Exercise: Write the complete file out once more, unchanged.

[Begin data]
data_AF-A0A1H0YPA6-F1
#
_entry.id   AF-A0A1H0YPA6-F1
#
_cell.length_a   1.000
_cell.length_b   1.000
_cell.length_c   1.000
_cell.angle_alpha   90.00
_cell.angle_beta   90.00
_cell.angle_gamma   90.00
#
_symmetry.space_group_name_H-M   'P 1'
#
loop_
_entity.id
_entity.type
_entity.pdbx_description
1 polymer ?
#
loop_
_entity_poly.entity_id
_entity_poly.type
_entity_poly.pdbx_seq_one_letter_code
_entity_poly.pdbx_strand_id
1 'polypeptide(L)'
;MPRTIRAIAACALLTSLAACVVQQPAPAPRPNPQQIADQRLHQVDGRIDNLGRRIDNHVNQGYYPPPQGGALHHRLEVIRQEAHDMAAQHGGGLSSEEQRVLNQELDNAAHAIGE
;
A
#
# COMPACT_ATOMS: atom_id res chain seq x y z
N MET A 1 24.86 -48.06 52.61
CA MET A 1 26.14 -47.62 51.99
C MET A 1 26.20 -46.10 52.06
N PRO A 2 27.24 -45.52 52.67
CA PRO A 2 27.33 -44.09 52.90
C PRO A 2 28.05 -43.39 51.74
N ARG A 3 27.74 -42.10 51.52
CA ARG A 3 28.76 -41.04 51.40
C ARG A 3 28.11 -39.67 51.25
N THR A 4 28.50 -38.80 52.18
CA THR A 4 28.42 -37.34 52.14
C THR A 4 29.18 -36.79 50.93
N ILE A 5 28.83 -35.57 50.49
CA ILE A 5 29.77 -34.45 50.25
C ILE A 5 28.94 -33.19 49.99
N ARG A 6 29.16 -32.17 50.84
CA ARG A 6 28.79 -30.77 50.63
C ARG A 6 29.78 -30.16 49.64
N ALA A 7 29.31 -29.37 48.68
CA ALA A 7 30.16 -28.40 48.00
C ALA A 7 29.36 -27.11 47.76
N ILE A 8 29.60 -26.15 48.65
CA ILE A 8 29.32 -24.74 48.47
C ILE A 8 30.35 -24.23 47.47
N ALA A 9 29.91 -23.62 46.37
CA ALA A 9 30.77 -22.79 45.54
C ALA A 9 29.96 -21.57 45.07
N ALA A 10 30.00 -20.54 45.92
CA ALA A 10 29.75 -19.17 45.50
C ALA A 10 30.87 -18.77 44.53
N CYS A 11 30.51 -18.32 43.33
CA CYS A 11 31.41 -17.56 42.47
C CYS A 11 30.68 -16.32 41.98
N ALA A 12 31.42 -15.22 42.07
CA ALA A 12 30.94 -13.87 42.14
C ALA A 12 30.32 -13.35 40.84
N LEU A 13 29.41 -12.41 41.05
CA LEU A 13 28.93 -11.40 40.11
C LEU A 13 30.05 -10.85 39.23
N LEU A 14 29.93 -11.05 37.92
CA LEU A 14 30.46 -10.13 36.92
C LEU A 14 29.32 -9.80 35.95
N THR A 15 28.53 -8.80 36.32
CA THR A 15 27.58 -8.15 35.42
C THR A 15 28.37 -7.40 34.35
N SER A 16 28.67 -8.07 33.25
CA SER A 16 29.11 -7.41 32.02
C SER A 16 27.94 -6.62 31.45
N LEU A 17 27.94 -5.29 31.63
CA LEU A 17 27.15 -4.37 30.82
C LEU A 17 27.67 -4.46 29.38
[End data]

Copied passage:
data_AF-A0A1H0YPA6-F1
#
_entry.id   AF-A0A1H0YPA6-F1
#
_cell.length_a   1.000
_cell.length_b   1.000
_cell.length_c   1.000
_cell.angle_alpha   90.00
_cell.angle_beta   90.00
_cell.angle_gamma   90.00
#
_symmetry.space_group_name_H-M   'P 1'
#
loop_
_entity.id
_entity.type
_entity.pdbx_description
1 polymer ?
#
loop_
_entity_poly.entity_id
_entity_poly.type
_entity_poly.pdbx_seq_one_letter_code
_entity_poly.pdbx_strand_id
1 'polypeptide(L)'
;MPRTIRAIAACALLTSLAACVVQQPAPAPRPNPQQIADQRLHQVDGRIDNLGRRIDNHVNQGYYPPPQGGALHHRLEVIRQEAHDMAAQHGGGLSSEEQRVLNQELDNAAHAIGE
;
A
#
# COMPACT_ATOMS: atom_id res chain seq x y z
N MET A 1 24.86 -48.06 52.61
CA MET A 1 26.14 -47.62 51.99
C MET A 1 26.20 -46.10 52.06
N PRO A 2 27.24 -45.52 52.67
CA PRO A 2 27.33 -44.09 52.90
C PRO A 2 28.05 -43.39 51.74
N ARG A 3 27.74 -42.10 51.52
CA ARG A 3 28.76 -41.04 51.40
C ARG A 3 28.11 -39.67 51.25
N THR A 4 28.50 -38.80 52.18
CA THR A 4 28.42 -37.34 52.14
C THR A 4 29.18 -36.79 50.93
N ILE A 5 28.83 -35.57 50.49
CA ILE A 5 29.77 -34.45 50.25
C ILE A 5 28.94 -33.19 49.99
N ARG A 6 29.16 -32.17 50.84
CA ARG A 6 28.79 -30.77 50.63
C ARG A 6 29.78 -30.16 49.64
N ALA A 7 29.31 -29.37 48.68
CA ALA A 7 30.16 -28.40 48.00
C ALA A 7 29.36 -27.11 47.76
N ILE A 8 29.60 -26.15 48.65
CA ILE A 8 29.32 -24.74 48.47
C ILE A 8 30.35 -24.23 47.47
N ALA A 9 29.91 -23.62 46.37
CA ALA A 9 30.77 -22.79 45.54
C ALA A 9 29.96 -21.57 45.07
N ALA A 10 30.00 -20.54 45.92
CA ALA A 10 29.75 -19.17 45.50
C ALA A 10 30.87 -18.77 44.53
N CYS A 11 30.51 -18.32 43.33
CA CYS A 11 31.41 -17.56 42.47
C CYS A 11 30.68 -16.32 41.98
N ALA A 12 31.42 -15.22 42.07
CA ALA A 12 30.94 -13.87 42.14
C ALA A 12 30.32 -13.35 40.84
N LEU A 13 29.41 -12.41 41.05
CA LEU A 13 28.93 -11.40 40.11
C LEU A 13 30.05 -10.85 39.23
N LEU A 14 29.93 -11.05 37.92
CA LEU A 14 30.46 -10.13 36.92
C LEU A 14 29.32 -9.80 35.95
N THR A 15 28.53 -8.80 36.32
CA THR A 15 27.58 -8.15 35.42
C THR A 15 28.37 -7.40 34.35
N SER A 16 28.67 -8.07 33.25
CA SER A 16 29.11 -7.41 32.02
C SER A 16 27.94 -6.62 31.45
N LEU A 17 27.94 -5.29 31.63
CA LEU A 17 27.15 -4.37 30.82
C LEU A 17 27.67 -4.46 29.38